|This article needs additional citations for verification. (May 2009)|
Walberswick shown within Suffolk
|Sovereign state||United Kingdom|
|EU Parliament||East of England|
Walberswick is a village on the Suffolk coast in England, across the River Blyth from Southwold. Coastal erosion and the shifting of the mouth of the River Blyth meant that the neighbouring town of Dunwich was lost as a port in the last years of the 13th century. Following a brief period of rivalry and dispute with Dunwich, Walberswick became a major trading port from the 13th century until World War I. Almost half of the properties in the village are holiday homes. There is a ferry across the river Blyth to Southwold.
The name Walberswick is believed to derive from the Saxon Waldbert – probably a landowner – and "wyc" meaning shelter or harbour. At the top of the village is the 15th century St. Andrew's Church. The size of the St. Andrew's ruins demonstrate how large the parish once was.
The name 'Walleburyswyke', appearing in a Latin legal record, dated 1440, may refer to the village.
With over 1,000 acres (4 km2) of heath and marshland protected within the Suffolk Coast and Heaths Area of Outstanding Natural Beauty, Walberswick has good varied local habitats for birds. The village and surrounding beach and marshland have long attracted residents drawn from the arts, film and media. In the 1890s and 1900s the village became associated with Philip Wilson Steer and his circle of English Impressionists. It was home to the noted artist and architect Charles Rennie Mackintosh from 1914. It was also the birthplace of Oscar nominated documentary film maker Humphrey Jennings famous for his World War II documentaries.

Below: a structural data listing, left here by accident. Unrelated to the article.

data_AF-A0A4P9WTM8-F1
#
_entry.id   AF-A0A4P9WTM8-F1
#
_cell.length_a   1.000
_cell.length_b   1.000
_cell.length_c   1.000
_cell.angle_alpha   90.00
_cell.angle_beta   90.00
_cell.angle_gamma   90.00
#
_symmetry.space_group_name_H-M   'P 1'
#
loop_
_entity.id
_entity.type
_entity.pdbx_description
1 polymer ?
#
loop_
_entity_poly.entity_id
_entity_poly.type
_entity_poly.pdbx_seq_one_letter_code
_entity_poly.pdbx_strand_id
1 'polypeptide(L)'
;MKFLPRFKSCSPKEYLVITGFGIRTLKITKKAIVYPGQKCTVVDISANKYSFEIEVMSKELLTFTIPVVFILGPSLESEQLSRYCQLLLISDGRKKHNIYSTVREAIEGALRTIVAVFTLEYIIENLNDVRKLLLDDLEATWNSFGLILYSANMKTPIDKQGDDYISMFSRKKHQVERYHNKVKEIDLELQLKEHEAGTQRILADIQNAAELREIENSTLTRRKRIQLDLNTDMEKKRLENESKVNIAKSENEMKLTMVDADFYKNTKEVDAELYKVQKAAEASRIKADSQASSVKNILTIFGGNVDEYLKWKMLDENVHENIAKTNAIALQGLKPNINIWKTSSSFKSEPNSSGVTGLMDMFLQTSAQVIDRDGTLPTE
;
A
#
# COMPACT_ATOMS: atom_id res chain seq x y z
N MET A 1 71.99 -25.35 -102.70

The World War Two defences constructed around Walberswick have been documented. They included a number of pillboxes, landmines and flame fougasse installations. The beaches were protected with extensive barriers of scaffolding.
The ornate metalwork village sign on the Green is a replica of the one erected in 1953 to commemorate the coronation of Queen Elizabeth II. The original sign went missing in the 1980s but after changing hands has since been returned and restored to mark the Queen's Diamond Jubilee. The restored sign has been erected opposite the church.
Considering its size, an inordinate number of British celebrities own or have owned holiday homes in the village including the late Sir Clement Freud and his wife Jill, and their daughter, Emma Freud and her husband Richard Curtis. Martin Bell, and Geoffrey Palmer, maintain properties here while Paul Heiney and Libby Purves live nearby. The village is the setting for Esther Freud's novel, The Sea House, thinly disguised as 'Steerborough' - presumably a coded reference, or in-joke, towards one-time resident, Philip Wilson Steer (see above). Esther Freud is the cousin of Emma Freud and the niece of Sir Clement Freud has a house in nearby Southwold.
The village was famous for its annual crabbing competition - The British Open Crabbing Championship, last held in August 2010. The person who caught the single heaviest crab within a period of 90 minutes was declared the winner. The proceeds supported many charitable causes.
A derelict windmill stands on the marshes near Walberswick. The area around the village makes up the Suffolk Coast National Nature Reserve, a protected area on 1,340 hectares (3,300 acres) with a range of wetland and heathland habitats.
- Plea Rolls of the Court of Common Pleas; CP 40/717; National Archives; http://aalt.law.uh.edu/AALT1/H6/CP40no717/bCP40no717dorses/IMG_1936.htm - first entry, the home of John Reve, a shipman ; line 4
- Foot 2006, p. 105.
- Suffolk Coast NNR, Natural England. Retrieved 2012-10-31.
|Wikimedia Commons has media related to Walberswick.|
- British Open Crabbing Championship